Having a pool can be great. If you have young kids, a pool can make your backyard the neighborhood hotspot for the summer, giving your kids fun times and great memories even while you get to keep an eye on them more than you would if they were playing elsewhere. Even if you don’t have kids, a pool can offer you a chance to be a kid again, or it can be a great place to hold a barbeque or a romantic date.
However, having a pool can affect your homeowners insurace. This is because pools are obviously a huge liability, especially if you live in a neighborhood with lots of small children who might sneak into your backyard and play in the pool. You can actually be sued by the family of someone who drowns in your pool even if that person didn’t have your permission to be there.
For this reason, pools can be an issue you need to discuss with your insurance agent before you even buy a home that has a pool or put a pool in at the home you already own. For the most part, different insurance companies and different areas will respond differently to pools, but here are a few basic guidelines.
North or South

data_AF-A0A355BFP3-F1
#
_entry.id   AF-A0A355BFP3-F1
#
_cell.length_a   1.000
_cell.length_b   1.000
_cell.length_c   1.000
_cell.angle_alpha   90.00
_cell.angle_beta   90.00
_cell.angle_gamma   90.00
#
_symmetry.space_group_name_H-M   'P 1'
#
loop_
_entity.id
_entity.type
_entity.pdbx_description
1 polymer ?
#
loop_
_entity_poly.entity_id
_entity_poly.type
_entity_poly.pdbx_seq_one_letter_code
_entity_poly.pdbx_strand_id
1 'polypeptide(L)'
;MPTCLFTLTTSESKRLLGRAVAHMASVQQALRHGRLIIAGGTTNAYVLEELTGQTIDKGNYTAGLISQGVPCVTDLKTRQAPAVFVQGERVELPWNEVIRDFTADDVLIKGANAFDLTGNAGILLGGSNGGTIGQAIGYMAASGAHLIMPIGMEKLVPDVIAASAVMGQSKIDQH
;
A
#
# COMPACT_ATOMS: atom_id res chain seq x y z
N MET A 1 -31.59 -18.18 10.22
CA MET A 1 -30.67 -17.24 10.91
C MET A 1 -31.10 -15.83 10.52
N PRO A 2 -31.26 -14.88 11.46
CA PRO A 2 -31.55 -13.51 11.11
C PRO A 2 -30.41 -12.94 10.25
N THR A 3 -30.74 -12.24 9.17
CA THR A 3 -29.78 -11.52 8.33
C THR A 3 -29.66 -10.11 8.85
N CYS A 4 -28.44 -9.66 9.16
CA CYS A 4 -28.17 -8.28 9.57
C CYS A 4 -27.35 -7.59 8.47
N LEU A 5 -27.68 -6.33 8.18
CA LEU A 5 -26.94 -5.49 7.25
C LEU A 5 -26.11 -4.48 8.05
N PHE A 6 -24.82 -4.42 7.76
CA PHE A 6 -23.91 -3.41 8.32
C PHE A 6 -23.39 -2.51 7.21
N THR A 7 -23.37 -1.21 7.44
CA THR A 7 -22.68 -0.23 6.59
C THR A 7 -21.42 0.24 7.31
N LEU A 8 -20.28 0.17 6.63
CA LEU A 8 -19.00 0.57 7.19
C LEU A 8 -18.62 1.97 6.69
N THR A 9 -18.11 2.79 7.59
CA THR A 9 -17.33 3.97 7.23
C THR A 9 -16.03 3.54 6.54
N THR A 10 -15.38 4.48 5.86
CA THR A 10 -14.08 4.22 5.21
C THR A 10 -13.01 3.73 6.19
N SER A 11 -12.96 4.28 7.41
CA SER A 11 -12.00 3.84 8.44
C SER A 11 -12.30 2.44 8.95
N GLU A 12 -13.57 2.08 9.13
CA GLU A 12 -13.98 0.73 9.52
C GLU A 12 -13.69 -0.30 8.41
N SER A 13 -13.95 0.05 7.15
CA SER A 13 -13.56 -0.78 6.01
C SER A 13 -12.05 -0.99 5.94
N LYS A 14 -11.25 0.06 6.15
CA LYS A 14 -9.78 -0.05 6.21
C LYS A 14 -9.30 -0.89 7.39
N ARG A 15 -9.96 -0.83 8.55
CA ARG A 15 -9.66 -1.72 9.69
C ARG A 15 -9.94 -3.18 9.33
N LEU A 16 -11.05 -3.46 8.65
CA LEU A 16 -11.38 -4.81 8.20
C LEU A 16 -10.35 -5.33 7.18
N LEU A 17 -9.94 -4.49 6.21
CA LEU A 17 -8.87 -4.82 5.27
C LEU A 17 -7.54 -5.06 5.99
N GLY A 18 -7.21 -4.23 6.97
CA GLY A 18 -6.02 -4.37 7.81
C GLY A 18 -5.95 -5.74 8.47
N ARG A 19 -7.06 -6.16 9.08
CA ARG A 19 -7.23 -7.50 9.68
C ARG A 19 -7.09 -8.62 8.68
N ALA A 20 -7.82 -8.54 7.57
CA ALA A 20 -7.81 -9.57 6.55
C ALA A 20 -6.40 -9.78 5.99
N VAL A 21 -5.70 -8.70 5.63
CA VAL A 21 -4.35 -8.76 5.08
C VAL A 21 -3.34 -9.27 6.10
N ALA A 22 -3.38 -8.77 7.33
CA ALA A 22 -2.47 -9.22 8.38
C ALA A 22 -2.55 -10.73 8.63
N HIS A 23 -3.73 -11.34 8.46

In cooler climates, it’s not typical for lots of people to have pools. Since pools aren’t a risk insurance companies in the Northern regions are used to claiming, they may up your homeowners insurance rates more than Southern companies who insure tons of families with pools would. This doesn’t mean, though, that every insurance company will up your rates significantly if you put a pool in your Illinoi backyard, but it does mean that you can expect to see a difference if you live in the North.
Where the pool is located in relation to your house and neighbor’s homes is often something insurance companies will take into consideration when they’re evaluating the risks of insuring your home. For instance, pools that are visible from the street might attract more wandering children and mischevious teens, making pools like these more of a liability. So, if you’re considering putting a pool in at your home, try to put it somewhere that is private and hidden from public view, which is probably something you’ll want to do, anyway.
A pool that is protected from unwanted guests will be cheaper to carry on your homeowners insurance policy. Putting a high privacy fence with a child-proof gate around your pool can be a great idea, and it may be something you want to do for the safety of your own family, anyway. Also, the type of pool cover you have can make a difference. Older pool covers that look like thick bubble wrap could trap children under them, meaning you may not even see a drowning victim until it’s too late. Some newer pool covers, though, can be walked on by an adult without caving in, so a child wouldn’t be able to get into the pool when the cover was on.
These, as we mentioned, are just basic guidelines for how your pool might affect your homeowners insurance rates. However, different companies will have different policies about pools, so be sure to ask about this when you’re doing your price-checking.